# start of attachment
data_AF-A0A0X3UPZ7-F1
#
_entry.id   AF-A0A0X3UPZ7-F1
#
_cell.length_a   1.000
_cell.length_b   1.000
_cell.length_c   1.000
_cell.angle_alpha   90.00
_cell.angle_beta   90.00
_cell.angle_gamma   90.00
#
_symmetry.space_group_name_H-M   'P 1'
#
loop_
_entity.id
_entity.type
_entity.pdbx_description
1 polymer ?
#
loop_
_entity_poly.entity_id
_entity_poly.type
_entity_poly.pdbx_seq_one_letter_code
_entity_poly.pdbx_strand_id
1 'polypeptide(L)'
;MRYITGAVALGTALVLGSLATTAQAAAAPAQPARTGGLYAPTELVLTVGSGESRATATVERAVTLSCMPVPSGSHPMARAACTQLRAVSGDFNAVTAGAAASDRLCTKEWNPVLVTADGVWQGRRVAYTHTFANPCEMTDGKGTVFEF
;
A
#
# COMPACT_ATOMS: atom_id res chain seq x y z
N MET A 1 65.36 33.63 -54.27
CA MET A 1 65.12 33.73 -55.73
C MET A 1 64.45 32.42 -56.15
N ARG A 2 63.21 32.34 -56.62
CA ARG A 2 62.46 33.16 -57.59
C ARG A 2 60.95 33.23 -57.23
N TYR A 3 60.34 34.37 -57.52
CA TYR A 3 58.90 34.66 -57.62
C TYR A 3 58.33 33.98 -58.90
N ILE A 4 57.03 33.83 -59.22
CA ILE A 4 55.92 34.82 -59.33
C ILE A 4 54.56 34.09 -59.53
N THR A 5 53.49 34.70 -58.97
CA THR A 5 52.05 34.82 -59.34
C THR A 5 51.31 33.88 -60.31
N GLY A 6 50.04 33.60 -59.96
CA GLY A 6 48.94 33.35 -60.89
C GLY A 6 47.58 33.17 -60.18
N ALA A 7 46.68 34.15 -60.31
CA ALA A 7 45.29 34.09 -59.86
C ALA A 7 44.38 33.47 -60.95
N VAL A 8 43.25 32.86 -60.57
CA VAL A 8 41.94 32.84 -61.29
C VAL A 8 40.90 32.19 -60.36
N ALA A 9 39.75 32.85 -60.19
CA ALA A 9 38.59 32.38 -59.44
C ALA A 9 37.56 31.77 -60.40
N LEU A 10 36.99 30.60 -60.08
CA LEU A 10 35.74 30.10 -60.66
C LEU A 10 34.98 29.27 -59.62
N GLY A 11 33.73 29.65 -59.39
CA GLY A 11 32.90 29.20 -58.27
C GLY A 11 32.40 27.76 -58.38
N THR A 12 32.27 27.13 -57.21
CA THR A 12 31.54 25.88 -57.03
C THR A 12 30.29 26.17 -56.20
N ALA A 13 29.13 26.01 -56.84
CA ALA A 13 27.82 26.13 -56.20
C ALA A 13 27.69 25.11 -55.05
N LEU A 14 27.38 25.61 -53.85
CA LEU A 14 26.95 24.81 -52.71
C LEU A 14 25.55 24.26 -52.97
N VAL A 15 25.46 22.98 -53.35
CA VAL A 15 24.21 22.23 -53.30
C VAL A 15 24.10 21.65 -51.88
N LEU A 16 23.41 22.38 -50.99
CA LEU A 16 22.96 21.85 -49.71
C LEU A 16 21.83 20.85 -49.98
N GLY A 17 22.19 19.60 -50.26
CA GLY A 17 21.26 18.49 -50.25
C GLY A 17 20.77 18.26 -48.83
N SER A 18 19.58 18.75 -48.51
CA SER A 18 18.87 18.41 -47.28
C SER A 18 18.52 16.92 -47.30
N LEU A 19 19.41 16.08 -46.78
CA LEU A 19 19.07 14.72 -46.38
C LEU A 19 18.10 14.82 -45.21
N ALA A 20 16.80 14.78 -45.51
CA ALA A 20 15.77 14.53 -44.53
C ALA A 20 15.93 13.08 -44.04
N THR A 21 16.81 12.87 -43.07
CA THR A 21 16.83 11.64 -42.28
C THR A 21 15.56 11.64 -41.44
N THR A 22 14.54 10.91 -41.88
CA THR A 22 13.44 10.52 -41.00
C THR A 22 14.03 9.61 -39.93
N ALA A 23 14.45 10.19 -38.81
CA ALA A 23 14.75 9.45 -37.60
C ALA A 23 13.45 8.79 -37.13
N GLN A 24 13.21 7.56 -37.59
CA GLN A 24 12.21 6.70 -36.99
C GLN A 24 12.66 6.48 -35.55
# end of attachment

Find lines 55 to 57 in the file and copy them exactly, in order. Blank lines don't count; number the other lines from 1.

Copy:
N ALA A 9 39.75 32.85 -60.19
CA ALA A 9 38.59 32.38 -59.44
C ALA A 9 37.56 31.77 -60.40